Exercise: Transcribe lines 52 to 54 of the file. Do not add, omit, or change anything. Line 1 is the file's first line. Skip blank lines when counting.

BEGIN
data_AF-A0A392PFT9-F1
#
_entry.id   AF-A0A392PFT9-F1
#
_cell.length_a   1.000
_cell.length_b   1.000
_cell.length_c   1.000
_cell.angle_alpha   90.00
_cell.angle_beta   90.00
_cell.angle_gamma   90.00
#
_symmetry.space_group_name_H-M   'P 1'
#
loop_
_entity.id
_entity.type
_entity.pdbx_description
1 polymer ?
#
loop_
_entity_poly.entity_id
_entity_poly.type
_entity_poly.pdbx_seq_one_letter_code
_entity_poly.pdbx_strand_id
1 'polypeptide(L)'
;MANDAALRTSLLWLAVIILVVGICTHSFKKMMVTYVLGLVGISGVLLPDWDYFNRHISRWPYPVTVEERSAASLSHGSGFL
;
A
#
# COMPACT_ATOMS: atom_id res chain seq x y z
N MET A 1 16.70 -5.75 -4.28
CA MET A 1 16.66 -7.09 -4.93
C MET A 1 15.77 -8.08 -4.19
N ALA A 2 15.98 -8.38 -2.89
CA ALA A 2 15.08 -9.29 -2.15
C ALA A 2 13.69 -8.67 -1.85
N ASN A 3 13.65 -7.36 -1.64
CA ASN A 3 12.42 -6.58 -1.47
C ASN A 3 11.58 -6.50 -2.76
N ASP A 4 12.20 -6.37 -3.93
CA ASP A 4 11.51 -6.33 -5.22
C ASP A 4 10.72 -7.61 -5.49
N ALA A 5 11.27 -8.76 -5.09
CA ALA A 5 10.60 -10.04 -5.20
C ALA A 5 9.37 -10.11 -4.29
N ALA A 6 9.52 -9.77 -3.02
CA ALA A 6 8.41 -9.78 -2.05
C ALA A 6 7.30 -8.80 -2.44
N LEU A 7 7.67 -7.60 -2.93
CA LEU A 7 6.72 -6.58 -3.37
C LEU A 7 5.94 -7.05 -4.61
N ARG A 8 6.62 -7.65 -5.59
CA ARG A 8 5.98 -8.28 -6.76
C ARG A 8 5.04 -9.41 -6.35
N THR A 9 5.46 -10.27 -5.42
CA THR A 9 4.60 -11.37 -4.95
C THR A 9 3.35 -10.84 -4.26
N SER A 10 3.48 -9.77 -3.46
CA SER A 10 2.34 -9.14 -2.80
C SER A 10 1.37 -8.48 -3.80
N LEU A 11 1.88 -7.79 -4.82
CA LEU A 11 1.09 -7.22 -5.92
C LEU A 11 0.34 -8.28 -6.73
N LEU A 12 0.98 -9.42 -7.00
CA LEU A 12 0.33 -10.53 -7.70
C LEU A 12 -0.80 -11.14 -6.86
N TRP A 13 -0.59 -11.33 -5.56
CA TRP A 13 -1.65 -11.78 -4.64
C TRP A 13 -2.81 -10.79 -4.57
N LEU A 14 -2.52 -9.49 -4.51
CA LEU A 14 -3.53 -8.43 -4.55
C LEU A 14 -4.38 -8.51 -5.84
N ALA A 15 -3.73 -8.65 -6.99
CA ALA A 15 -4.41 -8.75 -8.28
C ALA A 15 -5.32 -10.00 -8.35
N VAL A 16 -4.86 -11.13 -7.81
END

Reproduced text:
N ARG A 8 6.62 -7.65 -5.59
CA ARG A 8 5.98 -8.28 -6.76
C ARG A 8 5.04 -9.41 -6.35